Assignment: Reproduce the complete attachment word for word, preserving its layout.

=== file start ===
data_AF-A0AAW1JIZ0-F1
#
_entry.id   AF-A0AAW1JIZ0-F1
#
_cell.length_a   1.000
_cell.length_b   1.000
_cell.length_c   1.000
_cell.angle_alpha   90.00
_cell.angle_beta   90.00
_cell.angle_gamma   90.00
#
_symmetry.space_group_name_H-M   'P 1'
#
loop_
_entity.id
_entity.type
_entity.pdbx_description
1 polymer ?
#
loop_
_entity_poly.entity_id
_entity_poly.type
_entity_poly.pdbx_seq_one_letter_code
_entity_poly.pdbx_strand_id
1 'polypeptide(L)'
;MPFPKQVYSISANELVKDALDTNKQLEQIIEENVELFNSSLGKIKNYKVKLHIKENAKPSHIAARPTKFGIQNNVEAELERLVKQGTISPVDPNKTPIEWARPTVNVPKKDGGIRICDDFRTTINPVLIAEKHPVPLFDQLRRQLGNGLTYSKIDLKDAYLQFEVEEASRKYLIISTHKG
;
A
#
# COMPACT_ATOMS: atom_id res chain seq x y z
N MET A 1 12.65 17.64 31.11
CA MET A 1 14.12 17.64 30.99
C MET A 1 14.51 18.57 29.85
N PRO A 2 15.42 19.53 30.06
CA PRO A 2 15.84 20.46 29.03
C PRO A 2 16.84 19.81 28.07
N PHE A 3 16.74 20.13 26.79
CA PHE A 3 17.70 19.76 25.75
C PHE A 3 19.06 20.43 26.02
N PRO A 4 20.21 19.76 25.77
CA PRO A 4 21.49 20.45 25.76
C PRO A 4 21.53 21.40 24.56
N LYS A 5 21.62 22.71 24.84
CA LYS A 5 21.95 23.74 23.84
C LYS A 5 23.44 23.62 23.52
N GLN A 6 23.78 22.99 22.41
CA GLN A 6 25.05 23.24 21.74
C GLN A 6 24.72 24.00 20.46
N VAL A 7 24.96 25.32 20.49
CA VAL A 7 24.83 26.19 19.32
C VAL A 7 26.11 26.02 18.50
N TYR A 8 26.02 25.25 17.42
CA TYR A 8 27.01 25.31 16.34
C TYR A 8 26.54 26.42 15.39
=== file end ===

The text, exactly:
data_AF-A0AAW1JIZ0-F1
#
_entry.id   AF-A0AAW1JIZ0-F1
#
_cell.length_a   1.000
_cell.length_b   1.000
_cell.length_c   1.000
_cell.angle_alpha   90.00
_cell.angle_beta   90.00
_cell.angle_gamma   90.00
#
_symmetry.space_group_name_H-M   'P 1'
#
loop_
_entity.id
_entity.type
_entity.pdbx_description
1 polymer ?
#
loop_
_entity_poly.entity_id
_entity_poly.type
_entity_poly.pdbx_seq_one_letter_code
_entity_poly.pdbx_strand_id
1 'polypeptide(L)'
;MPFPKQVYSISANELVKDALDTNKQLEQIIEENVELFNSSLGKIKNYKVKLHIKENAKPSHIAARPTKFGIQNNVEAELERLVKQGTISPVDPNKTPIEWARPTVNVPKKDGGIRICDDFRTTINPVLIAEKHPVPLFDQLRRQLGNGLTYSKIDLKDAYLQFEVEEASRKYLIISTHKG
;
A
#
# COMPACT_ATOMS: atom_id res chain seq x y z
N MET A 1 12.65 17.64 31.11
CA MET A 1 14.12 17.64 30.99
C MET A 1 14.51 18.57 29.85
N PRO A 2 15.42 19.53 30.06
CA PRO A 2 15.84 20.46 29.03
C PRO A 2 16.84 19.81 28.07
N PHE A 3 16.74 20.13 26.79
CA PHE A 3 17.70 19.76 25.75
C PHE A 3 19.06 20.43 26.02
N PRO A 4 20.21 19.76 25.77
CA PRO A 4 21.49 20.45 25.76
C PRO A 4 21.53 21.40 24.56
N LYS A 5 21.62 22.71 24.84
CA LYS A 5 21.95 23.74 23.84
C LYS A 5 23.44 23.62 23.52
N GLN A 6 23.78 22.99 22.41
CA GLN A 6 25.05 23.24 21.74
C GLN A 6 24.72 24.00 20.46
N VAL A 7 24.96 25.32 20.49
CA VAL A 7 24.83 26.19 19.32
C VAL A 7 26.11 26.02 18.50
N TYR A 8 26.02 25.25 17.42
CA TYR A 8 27.01 25.31 16.34
C TYR A 8 26.54 26.42 15.39